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  A Christian Faith Magazine December 2003, Volume 9, Issue 5  
Second Sunday of Advent
Rev. Mark Connolly
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Second Week of Advent

I would like to share a few ideas with you on how each one of us can make this season of Advent more sacred, more spiritual and more meaningful. You know it is very easy to criticize all the materialism and the paganism and the secularism that seems to be so often associated with this beautiful holiday of the Birth of Christ. This criticism doesn't do much to change anything. Each one has an obligation to make this season most sacred. How? One of the most beautiful approaches to the season of Advent can be found in the writings of St. Francis. He, as you know, is the author of that beautiful prayer, "Lord make me an instrument of your peace, where there is sadness let me bring joy; where there is hatred, let me bring love; where there is despair, let me bring light." Each one in his own way has the ability within himself or herself to become an instrument of peace to those nearby.

Just three little norms; bring into your life and eventually into the life of others a spirit of forgiveness, a spirit of compassion and a spirit of charity.

A spirit of forgiveness.
If we study the life of this Christ, whom we will single out in a few weeks, basically his life was a life of forgiving others. We have heard the expressions, "Forgive those who have trespassed against us. Forgive each other seventy times seven times. Father, forgive them for they know not what they do. Before you come to the altar, if you are at odds with your brother, leave your gift, go be reconciled with your brother, and then come and bring your gift to Christ at the altar."

The theme of forgiveness.
You know if you go back forty years or forty-one years ago, you find a classic example in the life of the mother of St. Maria Goretti. Remember that story of how her daughter was raped and killed. The man responsible became repentant, went into a monastery and made his peace with them, the family, and God. One night at St. Peter's Basilica about 40 years ago, this man was accompanied to and from the altar by the mother of St. Marie Goretti. Basically, the reporters who saw this man said, "How, Mrs. Goretti, could you possibly forgive this man?" She simply answered, "If my daughter could forgive him before she died, then so could I." We follow a Christ during this Christmas season who taught us we must rather carry a cross than carry a grudge.

A spirit a compassion.
The second point that enables each one of us to become an instrument of peace is the spirit of compassion. If you recall many, many years ago, there was a Dr. Tom Dooley who did a tremendous amount of work for the suffering people in Southeast Asia. He wrote a beautiful poem and one of the verses goes something like this, "Listen to the agony of mankind. I, who am fed, who never went hungry for a day, I see the children starved for bread, I see them and I want to pray. Listen to the agony of mankind and know full well that not until I share their bitter pain, their living hell, shall God within my spirit dwell." That's compassion and you say, that's the Southeast Asia victims, no, that's the compassion Christ expects you expects me to exercise in our relationships with all of those people close to us, who are near and dear to us in our lives. Compassion isn't something out there, it's something you exercise, right in the confines of your own home.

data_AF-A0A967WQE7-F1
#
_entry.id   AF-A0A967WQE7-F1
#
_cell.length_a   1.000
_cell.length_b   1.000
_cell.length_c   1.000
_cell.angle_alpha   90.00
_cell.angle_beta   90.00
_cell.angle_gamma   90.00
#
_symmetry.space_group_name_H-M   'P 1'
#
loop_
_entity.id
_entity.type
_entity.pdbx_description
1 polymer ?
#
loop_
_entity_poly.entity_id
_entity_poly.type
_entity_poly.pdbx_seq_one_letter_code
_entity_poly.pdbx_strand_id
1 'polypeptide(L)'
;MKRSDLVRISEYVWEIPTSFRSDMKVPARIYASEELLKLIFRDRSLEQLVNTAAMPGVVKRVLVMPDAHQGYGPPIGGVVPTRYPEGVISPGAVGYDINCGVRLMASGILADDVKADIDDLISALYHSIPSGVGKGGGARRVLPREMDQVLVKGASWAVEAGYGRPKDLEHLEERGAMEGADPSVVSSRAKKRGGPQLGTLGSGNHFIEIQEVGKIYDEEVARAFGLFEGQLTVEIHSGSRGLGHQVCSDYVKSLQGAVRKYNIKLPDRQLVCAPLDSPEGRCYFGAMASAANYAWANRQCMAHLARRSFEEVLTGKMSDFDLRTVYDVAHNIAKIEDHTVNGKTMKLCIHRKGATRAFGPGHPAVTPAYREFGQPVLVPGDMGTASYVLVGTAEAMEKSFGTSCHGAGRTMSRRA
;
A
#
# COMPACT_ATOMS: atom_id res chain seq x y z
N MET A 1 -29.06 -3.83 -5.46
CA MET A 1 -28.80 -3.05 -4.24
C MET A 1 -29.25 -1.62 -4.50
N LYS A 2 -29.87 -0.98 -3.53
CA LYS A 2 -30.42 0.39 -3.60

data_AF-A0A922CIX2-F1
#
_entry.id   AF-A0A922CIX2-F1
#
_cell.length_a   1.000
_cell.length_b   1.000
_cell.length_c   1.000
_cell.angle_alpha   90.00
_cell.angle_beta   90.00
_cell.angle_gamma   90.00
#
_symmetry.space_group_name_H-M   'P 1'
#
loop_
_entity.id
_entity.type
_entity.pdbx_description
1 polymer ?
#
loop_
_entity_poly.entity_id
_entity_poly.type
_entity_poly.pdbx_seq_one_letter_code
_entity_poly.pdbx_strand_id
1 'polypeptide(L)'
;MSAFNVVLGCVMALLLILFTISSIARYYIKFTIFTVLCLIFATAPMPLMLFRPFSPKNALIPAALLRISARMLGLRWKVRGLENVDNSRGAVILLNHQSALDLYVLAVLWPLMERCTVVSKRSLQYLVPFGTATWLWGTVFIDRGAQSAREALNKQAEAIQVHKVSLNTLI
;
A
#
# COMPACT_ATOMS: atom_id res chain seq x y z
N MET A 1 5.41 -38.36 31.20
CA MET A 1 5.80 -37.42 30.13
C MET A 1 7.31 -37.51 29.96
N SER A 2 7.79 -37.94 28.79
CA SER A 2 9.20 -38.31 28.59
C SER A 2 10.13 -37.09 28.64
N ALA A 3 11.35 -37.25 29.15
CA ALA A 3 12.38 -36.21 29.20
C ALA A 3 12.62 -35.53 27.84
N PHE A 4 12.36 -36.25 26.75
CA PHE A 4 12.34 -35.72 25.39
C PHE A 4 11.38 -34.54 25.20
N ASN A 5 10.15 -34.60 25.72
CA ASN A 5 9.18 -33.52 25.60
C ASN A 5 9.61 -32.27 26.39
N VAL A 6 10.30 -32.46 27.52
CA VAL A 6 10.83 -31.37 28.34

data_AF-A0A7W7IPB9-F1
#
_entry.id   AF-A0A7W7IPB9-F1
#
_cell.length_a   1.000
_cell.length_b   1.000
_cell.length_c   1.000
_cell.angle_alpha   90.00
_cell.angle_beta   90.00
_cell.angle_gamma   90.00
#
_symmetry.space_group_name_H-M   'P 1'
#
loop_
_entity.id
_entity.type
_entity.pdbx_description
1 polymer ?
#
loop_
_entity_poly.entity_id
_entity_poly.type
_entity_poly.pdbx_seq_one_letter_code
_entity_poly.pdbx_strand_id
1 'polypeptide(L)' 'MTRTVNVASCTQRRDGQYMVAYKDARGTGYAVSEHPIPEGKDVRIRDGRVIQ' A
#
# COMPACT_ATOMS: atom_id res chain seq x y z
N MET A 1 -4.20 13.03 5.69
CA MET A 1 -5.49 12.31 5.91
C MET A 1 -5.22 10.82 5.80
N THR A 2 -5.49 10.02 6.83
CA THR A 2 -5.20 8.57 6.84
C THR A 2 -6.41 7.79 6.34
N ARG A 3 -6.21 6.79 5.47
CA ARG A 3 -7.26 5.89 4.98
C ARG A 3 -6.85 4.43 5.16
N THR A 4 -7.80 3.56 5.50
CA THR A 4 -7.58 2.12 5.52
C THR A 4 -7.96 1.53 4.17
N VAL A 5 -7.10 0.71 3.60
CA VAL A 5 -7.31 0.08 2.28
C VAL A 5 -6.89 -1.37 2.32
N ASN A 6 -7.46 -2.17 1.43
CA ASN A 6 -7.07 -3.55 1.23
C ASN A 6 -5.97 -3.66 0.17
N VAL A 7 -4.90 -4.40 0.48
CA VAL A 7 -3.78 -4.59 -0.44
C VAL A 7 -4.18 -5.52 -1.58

A spirit of charity.
And the final technique for becoming an instrument of peace is the spirit of charity. This whole theme of Christmas, of anticipation, and excitement is to remind us of a Christ who came into the world to preach a gospel of love. As he said so often, by this, not success or wealth or influence or affluence, by this, namely love, will men know that you are my disciples, if you have love for one another as I have had love for you. A new commandment I give you, he said, that you love one another as I love you. That charity that we are expected to exercise toward those nearby is spiritual. It's transcendent. It is not romantic. It is not biological. It's based on being a carbon copy of the life of Christ, which was a life of charity.

A spirit of forgiveness, a spirit of compassion, a spirit of charity. All of these enable us to make the season of Advent more sacred and more spiritual. It also enables each one of us, in the language of St. Francis to become an instrument of peace to each other. May God bless you.

The Best Thing to Give

The best thing to give
to your enemy is forgiveness;
to an opponent, tolerance;
to a friend, your heart;
to your child, a good example;
to a father, deference;
to your mother, conduct
that will make her proud of you;
to yourself, respect;
to all men, charity.

- Francis Maitland Balfour

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